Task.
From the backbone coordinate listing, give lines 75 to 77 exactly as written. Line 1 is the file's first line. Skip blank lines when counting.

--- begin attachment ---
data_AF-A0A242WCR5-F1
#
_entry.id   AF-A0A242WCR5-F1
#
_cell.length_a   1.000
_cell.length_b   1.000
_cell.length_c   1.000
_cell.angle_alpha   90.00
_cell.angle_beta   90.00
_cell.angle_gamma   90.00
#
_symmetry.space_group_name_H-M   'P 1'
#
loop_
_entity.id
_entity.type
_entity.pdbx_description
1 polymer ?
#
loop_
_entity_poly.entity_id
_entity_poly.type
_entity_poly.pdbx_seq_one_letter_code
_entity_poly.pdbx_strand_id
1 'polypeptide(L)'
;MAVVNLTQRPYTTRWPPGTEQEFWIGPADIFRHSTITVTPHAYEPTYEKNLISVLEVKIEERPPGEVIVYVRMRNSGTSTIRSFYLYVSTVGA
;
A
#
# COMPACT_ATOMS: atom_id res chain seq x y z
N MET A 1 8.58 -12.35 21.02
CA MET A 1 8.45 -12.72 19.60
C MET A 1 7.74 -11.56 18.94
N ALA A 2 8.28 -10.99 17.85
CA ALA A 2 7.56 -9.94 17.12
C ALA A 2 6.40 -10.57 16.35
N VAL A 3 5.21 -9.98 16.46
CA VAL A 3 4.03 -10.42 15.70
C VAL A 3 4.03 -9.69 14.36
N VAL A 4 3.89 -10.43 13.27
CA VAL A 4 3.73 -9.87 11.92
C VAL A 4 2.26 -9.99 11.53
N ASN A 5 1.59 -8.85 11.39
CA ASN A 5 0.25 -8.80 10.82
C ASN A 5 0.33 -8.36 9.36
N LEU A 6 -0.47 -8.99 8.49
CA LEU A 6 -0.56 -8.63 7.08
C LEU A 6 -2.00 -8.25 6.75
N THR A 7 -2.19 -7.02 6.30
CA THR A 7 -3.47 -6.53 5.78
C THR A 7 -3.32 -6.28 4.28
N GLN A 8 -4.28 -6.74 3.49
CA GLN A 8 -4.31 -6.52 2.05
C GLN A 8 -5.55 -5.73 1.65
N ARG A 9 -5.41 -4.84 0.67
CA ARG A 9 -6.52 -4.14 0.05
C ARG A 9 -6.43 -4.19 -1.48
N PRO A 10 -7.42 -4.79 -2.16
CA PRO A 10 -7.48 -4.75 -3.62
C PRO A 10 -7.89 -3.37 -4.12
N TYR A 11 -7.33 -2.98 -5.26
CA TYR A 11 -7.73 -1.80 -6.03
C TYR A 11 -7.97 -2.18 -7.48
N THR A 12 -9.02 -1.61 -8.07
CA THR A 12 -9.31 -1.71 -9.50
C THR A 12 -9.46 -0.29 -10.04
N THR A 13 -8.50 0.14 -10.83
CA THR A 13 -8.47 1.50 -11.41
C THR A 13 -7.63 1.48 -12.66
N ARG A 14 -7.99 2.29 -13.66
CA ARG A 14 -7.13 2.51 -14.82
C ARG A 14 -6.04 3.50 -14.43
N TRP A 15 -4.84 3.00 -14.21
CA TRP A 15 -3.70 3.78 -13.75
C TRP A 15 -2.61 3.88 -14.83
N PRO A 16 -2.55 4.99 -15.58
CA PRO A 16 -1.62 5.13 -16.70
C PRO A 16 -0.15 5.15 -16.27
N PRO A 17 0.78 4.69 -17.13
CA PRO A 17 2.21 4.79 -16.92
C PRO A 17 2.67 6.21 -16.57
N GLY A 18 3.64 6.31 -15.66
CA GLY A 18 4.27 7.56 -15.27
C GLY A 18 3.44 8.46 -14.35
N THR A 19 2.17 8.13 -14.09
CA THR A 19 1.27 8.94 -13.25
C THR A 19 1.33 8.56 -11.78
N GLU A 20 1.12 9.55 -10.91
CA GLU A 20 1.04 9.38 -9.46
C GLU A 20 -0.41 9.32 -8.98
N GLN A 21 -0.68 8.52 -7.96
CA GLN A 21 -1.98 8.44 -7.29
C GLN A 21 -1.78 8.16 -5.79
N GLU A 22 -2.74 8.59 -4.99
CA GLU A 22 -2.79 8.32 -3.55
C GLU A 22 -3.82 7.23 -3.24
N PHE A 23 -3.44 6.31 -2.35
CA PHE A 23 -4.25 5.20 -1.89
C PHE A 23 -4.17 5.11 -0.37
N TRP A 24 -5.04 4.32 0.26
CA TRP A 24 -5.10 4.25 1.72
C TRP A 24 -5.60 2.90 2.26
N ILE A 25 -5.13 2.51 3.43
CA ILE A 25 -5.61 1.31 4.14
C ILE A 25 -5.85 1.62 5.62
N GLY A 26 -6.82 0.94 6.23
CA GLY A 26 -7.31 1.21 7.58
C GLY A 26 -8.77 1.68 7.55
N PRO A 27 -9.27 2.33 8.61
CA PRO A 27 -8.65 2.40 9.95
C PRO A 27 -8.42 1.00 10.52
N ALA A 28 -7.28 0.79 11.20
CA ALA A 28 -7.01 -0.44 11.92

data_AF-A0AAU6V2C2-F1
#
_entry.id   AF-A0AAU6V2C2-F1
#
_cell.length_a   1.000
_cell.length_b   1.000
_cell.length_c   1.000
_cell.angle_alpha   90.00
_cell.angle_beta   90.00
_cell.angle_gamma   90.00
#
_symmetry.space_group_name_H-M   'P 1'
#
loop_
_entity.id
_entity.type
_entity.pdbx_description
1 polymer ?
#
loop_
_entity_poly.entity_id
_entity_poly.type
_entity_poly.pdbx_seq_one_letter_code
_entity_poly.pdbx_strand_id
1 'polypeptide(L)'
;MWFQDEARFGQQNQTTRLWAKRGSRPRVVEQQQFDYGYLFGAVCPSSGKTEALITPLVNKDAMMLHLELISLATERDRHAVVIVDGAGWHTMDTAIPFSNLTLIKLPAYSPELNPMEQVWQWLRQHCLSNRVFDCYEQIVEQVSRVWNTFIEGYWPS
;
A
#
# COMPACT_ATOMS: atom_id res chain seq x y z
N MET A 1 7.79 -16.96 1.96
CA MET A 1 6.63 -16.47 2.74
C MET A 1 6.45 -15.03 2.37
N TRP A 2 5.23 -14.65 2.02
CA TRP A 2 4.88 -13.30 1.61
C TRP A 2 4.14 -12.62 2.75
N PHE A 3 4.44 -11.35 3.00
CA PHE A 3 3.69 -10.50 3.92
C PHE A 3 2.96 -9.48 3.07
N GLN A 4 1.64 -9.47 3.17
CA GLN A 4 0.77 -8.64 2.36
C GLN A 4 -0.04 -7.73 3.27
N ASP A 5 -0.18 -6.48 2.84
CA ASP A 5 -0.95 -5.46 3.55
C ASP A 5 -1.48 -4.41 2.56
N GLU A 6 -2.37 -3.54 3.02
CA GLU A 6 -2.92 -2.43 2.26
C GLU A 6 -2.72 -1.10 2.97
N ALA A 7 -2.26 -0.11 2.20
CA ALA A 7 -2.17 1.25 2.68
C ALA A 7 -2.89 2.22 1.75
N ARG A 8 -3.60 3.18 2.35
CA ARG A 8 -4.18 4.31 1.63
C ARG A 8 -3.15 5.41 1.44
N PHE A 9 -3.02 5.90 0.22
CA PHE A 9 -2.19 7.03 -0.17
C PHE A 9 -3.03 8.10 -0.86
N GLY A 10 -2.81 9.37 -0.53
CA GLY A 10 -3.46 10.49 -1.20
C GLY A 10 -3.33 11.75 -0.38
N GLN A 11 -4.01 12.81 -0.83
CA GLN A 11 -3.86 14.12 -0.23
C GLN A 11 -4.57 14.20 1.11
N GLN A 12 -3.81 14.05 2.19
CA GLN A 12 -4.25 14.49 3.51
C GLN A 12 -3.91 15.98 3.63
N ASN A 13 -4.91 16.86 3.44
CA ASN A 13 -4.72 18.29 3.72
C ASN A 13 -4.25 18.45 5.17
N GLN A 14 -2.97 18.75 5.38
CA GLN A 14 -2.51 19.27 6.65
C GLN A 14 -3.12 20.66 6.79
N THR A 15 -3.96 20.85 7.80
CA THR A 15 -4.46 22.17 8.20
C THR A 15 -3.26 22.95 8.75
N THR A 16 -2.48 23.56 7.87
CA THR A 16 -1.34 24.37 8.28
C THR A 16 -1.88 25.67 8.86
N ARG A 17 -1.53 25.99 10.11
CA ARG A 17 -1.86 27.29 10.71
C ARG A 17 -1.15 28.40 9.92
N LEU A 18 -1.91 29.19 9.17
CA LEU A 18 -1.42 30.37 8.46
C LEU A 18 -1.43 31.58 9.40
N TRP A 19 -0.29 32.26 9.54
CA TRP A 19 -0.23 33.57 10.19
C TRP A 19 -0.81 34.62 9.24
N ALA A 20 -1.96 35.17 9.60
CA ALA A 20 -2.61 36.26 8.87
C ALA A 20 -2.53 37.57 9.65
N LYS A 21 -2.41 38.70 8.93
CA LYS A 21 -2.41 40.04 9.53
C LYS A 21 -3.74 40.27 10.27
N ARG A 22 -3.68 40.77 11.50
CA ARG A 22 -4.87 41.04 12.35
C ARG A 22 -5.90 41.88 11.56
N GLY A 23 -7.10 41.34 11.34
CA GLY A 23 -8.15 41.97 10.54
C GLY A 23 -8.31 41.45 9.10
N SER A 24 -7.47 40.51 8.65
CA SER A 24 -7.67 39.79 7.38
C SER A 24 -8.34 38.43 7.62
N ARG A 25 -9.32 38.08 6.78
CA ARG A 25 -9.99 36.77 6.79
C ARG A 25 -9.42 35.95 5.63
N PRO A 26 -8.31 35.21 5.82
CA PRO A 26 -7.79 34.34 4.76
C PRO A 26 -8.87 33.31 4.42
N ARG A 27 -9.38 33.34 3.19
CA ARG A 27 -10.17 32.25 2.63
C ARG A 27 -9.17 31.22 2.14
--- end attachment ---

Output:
C TRP A 15 -2.61 3.88 -14.83
N PRO A 16 -2.55 4.99 -15.58
CA PRO A 16 -1.62 5.13 -16.70